Today’s SXSW Eco keynote talked about crossing boundaries to find practical solutions. Mark Tercek, CEO of The Nature Conservancy, told his personal story of moving from Wall Street to a job in environmentalism – a move spurred by vacations in nature with his kids. Tercek focused on four key constituencies the environmental movement has to reach in order to take a stronghold in the United States.
Connecting nature to people
Tercek touted a recent decision by voters in Iowa as a great example of reaching out to everyday people. The Nature Conservancy pushed for a new sales tax, which was eventually approved by 66% of voters in Iowa, for conservation and flood plain development. Tercek said The Nature Conservancy was able to push conservation goals by focusing on an issue incredibly important to Iowans – flooding. Tercek said mainstream Americans get it when they have to pay attention to the issue and understand conservation is a high-return investment.
Connecting nature to companies
Tercek said environmentalists are suspicious of business, with good reason. But he said companies with big environmental footprints are ideal companies to work with because it could lead to big impacts. The Nature Conservancy recently worked with BP to change BP’s drilling patterns in Colorado and Wyoming. Instead of drilling in sensitive areas, BP moved to another area with less environmental sensitivity. Tercek believes partnerships like that can lead to more relationships with big business that could have major impacts.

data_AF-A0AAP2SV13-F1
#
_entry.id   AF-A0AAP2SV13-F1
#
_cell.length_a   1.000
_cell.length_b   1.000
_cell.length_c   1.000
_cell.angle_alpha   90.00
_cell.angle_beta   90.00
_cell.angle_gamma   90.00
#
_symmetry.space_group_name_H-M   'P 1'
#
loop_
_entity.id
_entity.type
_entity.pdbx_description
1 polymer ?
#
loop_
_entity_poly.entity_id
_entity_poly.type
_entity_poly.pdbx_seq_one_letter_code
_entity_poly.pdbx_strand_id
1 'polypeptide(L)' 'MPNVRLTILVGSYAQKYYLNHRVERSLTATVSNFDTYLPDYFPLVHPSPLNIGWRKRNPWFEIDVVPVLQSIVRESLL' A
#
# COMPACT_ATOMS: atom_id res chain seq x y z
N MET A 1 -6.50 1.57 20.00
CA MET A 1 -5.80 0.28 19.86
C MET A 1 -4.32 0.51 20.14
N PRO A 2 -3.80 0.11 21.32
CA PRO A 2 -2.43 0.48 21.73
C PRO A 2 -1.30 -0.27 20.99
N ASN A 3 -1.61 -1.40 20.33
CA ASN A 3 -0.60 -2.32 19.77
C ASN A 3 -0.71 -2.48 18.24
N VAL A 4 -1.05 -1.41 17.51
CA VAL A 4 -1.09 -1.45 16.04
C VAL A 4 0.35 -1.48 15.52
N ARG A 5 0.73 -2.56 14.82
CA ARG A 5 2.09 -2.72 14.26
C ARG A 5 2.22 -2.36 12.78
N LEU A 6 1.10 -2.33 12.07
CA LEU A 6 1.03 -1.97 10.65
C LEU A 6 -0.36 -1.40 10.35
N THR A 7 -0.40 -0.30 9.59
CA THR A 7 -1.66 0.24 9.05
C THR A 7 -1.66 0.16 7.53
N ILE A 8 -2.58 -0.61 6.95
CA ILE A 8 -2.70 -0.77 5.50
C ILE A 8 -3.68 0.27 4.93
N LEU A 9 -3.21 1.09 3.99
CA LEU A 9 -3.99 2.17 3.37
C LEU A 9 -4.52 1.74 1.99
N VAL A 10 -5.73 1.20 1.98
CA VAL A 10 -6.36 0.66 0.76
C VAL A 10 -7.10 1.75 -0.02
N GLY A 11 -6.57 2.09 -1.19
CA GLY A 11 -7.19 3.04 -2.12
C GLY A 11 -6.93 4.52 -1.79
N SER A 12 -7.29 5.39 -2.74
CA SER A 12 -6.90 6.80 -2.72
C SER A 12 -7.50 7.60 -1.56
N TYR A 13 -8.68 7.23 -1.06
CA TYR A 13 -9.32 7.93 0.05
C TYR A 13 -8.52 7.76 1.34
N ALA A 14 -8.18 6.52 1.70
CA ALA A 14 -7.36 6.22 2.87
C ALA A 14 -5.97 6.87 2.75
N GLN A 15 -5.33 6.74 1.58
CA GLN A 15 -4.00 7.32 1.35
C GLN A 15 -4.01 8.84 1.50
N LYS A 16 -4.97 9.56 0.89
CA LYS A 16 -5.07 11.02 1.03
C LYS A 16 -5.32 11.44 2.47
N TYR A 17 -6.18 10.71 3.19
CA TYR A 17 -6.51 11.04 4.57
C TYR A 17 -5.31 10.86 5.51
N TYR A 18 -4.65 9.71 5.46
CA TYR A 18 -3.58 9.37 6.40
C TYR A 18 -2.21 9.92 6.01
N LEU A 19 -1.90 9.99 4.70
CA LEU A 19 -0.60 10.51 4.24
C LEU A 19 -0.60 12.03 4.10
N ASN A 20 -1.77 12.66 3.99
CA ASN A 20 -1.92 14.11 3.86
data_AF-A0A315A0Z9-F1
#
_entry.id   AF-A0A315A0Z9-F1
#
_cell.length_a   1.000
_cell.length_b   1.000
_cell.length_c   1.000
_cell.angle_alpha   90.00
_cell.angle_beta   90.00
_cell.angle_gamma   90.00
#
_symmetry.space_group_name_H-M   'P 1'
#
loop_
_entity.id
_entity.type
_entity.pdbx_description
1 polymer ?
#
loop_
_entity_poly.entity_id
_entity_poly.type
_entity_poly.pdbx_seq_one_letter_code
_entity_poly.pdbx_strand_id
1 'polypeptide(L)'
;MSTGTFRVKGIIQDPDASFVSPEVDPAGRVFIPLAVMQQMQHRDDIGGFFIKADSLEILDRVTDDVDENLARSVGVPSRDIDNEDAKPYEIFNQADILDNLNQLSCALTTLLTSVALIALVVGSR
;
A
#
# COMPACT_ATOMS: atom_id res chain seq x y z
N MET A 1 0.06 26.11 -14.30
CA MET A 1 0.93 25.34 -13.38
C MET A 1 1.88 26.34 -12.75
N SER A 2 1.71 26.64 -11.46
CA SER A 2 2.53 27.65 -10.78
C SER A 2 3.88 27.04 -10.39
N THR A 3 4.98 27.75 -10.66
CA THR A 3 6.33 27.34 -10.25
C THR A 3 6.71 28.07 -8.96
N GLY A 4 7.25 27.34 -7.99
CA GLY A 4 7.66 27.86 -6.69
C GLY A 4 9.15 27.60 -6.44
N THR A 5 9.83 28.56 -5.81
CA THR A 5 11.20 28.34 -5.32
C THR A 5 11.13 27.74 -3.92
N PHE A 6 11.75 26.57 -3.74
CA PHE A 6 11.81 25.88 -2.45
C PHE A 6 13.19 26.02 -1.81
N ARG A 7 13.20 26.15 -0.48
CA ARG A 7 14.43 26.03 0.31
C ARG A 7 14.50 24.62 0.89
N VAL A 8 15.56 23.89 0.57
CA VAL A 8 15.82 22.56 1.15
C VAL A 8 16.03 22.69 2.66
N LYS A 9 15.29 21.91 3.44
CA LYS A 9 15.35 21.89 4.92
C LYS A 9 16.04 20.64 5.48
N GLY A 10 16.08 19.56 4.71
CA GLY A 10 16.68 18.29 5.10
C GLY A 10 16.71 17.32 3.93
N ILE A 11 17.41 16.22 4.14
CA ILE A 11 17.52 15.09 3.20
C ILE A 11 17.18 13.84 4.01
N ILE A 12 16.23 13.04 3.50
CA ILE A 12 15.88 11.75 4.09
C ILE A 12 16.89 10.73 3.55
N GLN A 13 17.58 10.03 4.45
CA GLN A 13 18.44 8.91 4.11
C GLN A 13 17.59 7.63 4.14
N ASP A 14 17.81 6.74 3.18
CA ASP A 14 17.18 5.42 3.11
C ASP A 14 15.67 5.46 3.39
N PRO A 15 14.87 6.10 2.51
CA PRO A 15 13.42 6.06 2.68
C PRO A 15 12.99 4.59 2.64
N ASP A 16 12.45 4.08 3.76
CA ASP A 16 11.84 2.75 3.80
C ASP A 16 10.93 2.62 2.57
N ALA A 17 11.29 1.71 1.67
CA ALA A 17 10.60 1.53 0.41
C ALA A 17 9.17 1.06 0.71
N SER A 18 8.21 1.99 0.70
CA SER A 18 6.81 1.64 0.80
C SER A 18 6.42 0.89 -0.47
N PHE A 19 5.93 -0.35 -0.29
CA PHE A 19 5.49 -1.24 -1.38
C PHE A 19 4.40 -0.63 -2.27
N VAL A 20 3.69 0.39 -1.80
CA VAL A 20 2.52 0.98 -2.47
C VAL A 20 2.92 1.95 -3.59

Connecting nature to the government
Tercek said government has always been essential to conservation. He said there must be smart policy, and government has to understand the infrastructure of nature. The Nature Conservancy helped get climate legislation passed in the House before chaos ensued in Washington. Tercek said he’s disappointed the bill didn’t take effect, but said this shows things are possible in Washington.
Connecting nature to young people
Getting kids out in nature is becoming less and less common. Young people today spend 33% less time outdoors than the previous generation. Tercek said The Nature Conservancy believes reaching young people is fundamental to its success in the future. The Nature Conservancy has a program called LEAF – which takes kids from urban settings into nature during summers. Data show more than half of the LEAF participants go on to college and major in sciences or environmental studies.
In closing, Tercek repeated his theme: working with strange bedfellows and crossing boundaries oftentimes leads to the biggest impacts.